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paladin181: Well, that's why we all have opinions. Obviously you like things I don't and vice versa. You love FFV, I think i's merely ok. I love FFVI. It's all cool though. You don't have to like the things I do for us to continue getting along. :)
Becaue I feel like it, a couple issues I have with Final Fantasy 6/9:
* During attack animations, time doesn't stop, but new attacks can't be made. This leads to the action queue getting backed up, which makes it take a while between entering a command and actually executing it. It's bad enough that I have found myself (with battle mode set to Wait) opening a submenu and simply waiting for the queue to empty; I shouldn't have to do this. It gets even more ridiculous when a strategy is to use attacks with long animations (like 9's summons) to give certain effects a chance to expire, or in FF9's case, for Auto-Regen to fully restore your party, which just seems silly. (Note that FF6 regen doesn't heal you during animations, but it can queue up a heal to occur as soon as the animation finishes.)
* The way stat bonuses at level up work. Basically, to boost your stats, you need to have certain things equipped at the time of level up; this makes it overly necessary to pay attention to the precise amount of XP needed to level. It also encourages intentional XP avoidance, which means you need to avoid much of the gameplay if you want to optimize your characters. It's, in particular, a case of the issue I call (and have seen called) "missable stats"; unless you play through a large portion of the game without leveling up, your stats won't be as good in the long run. I actually think these games would be better if stats did not increase at level up at all.

(Yes, these issues apply to both games, and not the two in-between. FF8 solves the missable stats problem by providing a couple other ways to permanently boost stats (seed-like items and an ability from the final Guarding Force), though of course the game has other flaws.)
Outlast 2 deserves a very special spot right at the very top of that list... maybe I'll pen a review some day. Right now I'm honestly still at a loss for words to describe just how unbelievably awful this game is.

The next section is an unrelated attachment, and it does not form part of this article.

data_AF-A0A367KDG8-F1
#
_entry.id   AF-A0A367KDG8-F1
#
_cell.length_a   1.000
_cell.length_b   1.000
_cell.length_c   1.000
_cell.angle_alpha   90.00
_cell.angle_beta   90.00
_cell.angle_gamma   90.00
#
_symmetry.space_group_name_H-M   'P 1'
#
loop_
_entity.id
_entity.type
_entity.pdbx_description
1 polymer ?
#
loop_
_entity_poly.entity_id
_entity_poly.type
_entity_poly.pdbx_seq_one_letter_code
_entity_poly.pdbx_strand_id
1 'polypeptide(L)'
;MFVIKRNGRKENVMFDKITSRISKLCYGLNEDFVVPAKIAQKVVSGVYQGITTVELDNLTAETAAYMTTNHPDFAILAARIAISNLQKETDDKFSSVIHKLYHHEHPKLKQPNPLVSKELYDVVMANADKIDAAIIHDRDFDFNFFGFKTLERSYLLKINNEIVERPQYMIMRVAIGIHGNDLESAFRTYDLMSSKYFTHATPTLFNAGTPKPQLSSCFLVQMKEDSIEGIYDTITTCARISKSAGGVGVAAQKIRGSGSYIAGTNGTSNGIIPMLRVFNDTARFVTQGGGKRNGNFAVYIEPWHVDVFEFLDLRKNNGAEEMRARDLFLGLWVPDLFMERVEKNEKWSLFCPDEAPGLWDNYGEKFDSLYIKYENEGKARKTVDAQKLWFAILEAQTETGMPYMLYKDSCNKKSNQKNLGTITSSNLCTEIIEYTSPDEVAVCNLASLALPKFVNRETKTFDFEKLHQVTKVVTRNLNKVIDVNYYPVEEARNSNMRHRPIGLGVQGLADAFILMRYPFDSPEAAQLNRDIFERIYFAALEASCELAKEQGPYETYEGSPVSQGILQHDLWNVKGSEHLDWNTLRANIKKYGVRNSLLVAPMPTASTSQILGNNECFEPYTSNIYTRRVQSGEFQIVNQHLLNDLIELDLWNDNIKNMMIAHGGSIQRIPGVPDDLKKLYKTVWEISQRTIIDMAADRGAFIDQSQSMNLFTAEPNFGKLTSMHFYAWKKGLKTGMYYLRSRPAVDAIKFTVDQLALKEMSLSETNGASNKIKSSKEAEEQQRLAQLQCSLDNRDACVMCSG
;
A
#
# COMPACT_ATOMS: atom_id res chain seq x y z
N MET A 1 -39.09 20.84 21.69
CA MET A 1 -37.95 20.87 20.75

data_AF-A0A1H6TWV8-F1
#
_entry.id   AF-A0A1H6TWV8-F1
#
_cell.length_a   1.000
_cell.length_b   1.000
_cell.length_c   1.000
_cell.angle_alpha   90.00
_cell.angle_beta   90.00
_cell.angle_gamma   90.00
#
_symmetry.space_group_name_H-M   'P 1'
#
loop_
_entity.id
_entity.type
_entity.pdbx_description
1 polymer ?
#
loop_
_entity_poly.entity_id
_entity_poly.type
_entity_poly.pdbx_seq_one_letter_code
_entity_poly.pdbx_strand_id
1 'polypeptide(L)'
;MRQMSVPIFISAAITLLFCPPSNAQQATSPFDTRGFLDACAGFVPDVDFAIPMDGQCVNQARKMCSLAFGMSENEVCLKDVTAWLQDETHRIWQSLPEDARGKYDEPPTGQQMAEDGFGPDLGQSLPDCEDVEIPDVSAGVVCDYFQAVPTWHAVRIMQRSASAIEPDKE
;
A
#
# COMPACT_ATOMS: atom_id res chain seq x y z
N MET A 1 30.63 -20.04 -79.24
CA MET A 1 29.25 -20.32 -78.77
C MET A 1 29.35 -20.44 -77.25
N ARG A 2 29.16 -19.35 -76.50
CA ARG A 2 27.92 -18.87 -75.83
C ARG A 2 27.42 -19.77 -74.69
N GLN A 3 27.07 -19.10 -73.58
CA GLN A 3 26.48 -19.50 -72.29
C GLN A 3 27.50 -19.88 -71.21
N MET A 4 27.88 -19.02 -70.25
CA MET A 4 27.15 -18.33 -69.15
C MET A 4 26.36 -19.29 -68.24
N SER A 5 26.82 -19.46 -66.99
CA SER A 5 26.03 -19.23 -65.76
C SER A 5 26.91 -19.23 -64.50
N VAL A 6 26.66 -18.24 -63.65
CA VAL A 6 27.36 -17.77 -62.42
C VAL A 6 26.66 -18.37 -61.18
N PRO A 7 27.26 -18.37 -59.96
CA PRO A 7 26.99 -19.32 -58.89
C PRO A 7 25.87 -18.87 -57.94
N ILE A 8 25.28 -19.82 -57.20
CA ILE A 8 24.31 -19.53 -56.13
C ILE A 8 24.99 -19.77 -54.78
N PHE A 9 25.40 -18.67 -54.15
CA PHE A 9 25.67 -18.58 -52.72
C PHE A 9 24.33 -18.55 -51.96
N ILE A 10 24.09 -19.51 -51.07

Hotline Miami 2 was a major letdown. Not as awful as Outlast 2, since it did have *some* good moments, but overall a massive step down from the brilliance of the original game.

Bioshock took the ingenious System Shock 2 (and even replicated story beats and plot twists) and turned it into a bland, banalshitboring first person shooter. Of course, compared to something like the original Modern Warfare (which came out the same year and was given praise to no end), Bioshock is a freaking masterpiece. But compared to System Shock 2, it really is just a third-rate knock-off. Same with Dead Space, which was marred by an unappealing third person perspective, some childish mutilation mechanics that got old reeeeally fast and the most generic doomed space station setting imaginable.

BreOl72: S.T.A.L.K.E.R. - because of the dumb "refilling enemies" mechanism.
I just hate that.
I love the original STALKER, but good God I hate the enemy respawn!

> "Help us, our base is under attack by bandits!"
> Clear the factory of bandits in a long, drawn out firefight
> 2 minutes later: "Help us, our base is under attack by bandits!"


Also the entire endgame section in Pripyat was so swarmed with enemies I didn't get a chance to enjoy the painstaking recreation of the ghost town. After realising that exploring the local sights would get me sniped every few steps I just ran to the quest marker as fast as I could. Very anticlimactic.
Post edited June 29, 2018 by fronzelneekburm
idbeholdME: Define age well.
To me it quite often is related to the user-interface, ie. does the game have things that make playing it feel nowadays quite cumbersome, something that you normally wouldn't just want to put up with anymore. Doom has this too, without mods.